Next, I'm going to fix any little things like a squeaky trunk, sticky door, broken control knobs or any other little things that may need repair. Upholstery repairs need to be done here, too. A small rip or tear in the upholstery can turn off some folks and cause them to ask for a reduction in price. Remember, sellers are looking for any little thing to get a reduction in the final sale price.


Sell My Used Car to Cash For Cars

If you don't want to mess with selling your used car, the Cash For Cars folks claim that all you have to do is make a simple phone call and your car is sold. They also buy new or old cars in any condition, clean or wrecked, running or not. If I wanted to sell my used car and sell it fast, this would be an option. Be advised that you will likely not get the price you want for your used vehicle.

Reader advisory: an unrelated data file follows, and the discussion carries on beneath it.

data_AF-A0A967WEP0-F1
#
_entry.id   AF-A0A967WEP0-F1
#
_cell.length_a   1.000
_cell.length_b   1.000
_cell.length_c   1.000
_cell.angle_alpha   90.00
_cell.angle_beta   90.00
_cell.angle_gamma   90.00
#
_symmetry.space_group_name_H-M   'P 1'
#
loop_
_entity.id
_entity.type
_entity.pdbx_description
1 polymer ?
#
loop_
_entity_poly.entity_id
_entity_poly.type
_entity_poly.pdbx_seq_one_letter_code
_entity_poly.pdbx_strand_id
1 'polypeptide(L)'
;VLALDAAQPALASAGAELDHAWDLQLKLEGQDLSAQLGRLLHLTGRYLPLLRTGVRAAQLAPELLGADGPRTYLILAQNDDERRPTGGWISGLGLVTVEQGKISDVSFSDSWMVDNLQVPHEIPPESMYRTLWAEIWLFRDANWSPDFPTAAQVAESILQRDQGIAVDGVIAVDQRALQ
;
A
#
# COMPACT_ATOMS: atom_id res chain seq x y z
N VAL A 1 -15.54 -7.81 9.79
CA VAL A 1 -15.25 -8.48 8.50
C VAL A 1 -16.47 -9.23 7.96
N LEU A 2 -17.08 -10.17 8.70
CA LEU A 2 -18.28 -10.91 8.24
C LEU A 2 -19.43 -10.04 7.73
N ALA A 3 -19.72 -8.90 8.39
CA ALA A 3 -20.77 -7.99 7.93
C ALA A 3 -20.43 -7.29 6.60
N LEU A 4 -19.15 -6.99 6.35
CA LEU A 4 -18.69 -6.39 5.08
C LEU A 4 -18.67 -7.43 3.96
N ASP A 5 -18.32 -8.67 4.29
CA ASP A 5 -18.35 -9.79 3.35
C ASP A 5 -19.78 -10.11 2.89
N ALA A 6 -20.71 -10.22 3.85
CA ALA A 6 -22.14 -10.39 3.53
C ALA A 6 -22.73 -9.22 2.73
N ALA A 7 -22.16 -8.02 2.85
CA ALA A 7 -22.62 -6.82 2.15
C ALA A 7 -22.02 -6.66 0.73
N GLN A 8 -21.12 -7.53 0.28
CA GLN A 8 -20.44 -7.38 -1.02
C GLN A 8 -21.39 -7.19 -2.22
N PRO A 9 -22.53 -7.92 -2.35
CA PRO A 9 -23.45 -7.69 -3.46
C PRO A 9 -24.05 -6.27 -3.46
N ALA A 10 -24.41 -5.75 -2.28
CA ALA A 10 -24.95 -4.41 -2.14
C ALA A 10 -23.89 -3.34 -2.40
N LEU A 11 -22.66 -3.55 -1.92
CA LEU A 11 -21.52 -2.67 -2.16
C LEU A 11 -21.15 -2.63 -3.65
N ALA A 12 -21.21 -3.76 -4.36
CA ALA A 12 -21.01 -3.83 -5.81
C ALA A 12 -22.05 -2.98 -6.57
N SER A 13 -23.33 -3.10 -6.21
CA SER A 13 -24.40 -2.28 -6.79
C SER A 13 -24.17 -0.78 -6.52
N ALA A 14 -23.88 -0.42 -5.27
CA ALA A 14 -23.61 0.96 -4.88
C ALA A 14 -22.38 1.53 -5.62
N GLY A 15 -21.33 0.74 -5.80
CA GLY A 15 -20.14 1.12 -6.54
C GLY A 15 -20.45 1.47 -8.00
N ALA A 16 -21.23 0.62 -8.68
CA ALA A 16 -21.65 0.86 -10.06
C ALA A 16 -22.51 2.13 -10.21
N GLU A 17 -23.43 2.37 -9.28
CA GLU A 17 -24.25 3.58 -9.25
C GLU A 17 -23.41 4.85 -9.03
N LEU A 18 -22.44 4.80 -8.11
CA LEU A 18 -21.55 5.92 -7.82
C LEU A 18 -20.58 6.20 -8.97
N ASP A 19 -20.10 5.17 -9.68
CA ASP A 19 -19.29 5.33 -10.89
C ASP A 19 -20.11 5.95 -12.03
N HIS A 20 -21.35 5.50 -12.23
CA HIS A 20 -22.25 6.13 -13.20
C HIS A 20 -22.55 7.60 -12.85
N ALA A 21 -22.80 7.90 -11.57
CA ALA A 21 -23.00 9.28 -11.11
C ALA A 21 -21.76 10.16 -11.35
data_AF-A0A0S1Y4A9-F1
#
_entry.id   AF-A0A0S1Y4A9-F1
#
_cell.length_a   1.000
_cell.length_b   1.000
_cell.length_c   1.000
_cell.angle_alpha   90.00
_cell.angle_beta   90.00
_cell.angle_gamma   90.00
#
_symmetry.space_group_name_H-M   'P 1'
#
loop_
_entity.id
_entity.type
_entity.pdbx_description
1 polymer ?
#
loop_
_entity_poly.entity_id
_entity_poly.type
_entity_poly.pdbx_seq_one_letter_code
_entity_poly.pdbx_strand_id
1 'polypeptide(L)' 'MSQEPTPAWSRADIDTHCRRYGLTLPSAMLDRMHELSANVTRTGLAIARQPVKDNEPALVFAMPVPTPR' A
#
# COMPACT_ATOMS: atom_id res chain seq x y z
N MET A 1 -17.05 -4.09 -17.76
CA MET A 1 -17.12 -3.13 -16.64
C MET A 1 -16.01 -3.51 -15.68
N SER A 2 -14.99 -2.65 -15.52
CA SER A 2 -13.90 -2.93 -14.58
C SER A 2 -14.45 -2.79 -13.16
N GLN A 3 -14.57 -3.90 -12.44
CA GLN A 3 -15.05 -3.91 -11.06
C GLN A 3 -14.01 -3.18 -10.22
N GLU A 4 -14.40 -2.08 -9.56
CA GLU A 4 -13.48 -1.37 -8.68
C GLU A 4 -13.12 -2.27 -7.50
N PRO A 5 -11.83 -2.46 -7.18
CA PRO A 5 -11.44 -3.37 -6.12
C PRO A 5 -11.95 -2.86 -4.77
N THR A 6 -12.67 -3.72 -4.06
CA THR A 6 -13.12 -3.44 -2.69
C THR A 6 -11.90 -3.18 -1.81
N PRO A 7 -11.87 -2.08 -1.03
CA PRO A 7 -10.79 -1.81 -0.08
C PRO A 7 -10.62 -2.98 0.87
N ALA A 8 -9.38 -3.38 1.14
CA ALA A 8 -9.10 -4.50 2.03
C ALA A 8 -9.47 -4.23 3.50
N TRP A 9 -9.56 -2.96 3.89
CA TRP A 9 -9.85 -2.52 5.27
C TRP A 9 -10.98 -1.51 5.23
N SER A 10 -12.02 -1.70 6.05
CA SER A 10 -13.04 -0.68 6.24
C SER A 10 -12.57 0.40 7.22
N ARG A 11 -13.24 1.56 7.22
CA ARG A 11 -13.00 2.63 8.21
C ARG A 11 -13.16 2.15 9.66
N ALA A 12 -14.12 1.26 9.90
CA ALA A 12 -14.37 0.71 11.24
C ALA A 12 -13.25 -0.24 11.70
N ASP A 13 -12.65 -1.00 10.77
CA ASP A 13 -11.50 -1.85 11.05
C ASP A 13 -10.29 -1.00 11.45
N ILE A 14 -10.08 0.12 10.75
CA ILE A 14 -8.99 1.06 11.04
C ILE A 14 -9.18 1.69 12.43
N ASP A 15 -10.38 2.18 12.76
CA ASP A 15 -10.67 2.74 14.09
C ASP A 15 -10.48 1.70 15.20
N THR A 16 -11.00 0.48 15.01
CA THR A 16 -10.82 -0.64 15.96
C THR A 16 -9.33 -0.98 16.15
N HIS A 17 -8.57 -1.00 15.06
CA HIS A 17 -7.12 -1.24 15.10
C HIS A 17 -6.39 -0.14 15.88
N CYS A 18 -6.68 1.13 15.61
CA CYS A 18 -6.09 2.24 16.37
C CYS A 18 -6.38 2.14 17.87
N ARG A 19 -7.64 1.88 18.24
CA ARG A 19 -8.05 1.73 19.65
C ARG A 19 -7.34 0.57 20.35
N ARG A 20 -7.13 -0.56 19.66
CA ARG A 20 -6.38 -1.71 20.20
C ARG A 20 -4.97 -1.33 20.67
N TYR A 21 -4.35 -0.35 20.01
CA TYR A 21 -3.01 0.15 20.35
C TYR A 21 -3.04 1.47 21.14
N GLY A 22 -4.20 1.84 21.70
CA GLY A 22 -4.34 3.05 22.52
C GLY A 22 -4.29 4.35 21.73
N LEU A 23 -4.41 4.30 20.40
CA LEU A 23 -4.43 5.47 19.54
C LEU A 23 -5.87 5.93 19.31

I always demand cash or a certified check ONLY - and I make that clear before the buyer comes out to see the vehicle.

I used to take a cashier's check if I knew the person and if the cashier's check was drawn on a local bank. I do not do that anymore since I was offered a $5,000 (USD) cashier's check for a purchase a few years ago.

My intuition told me I should do some checking so I called my bank. I discovered that the cashier's check was a real check but had been stolen from a bank in another state and had the amount forged onto it. Seems hurricane Katrina had provided opportunity for some rather unsavory folks to steal several thousand blank cashier's checks from a New Orleans retail store.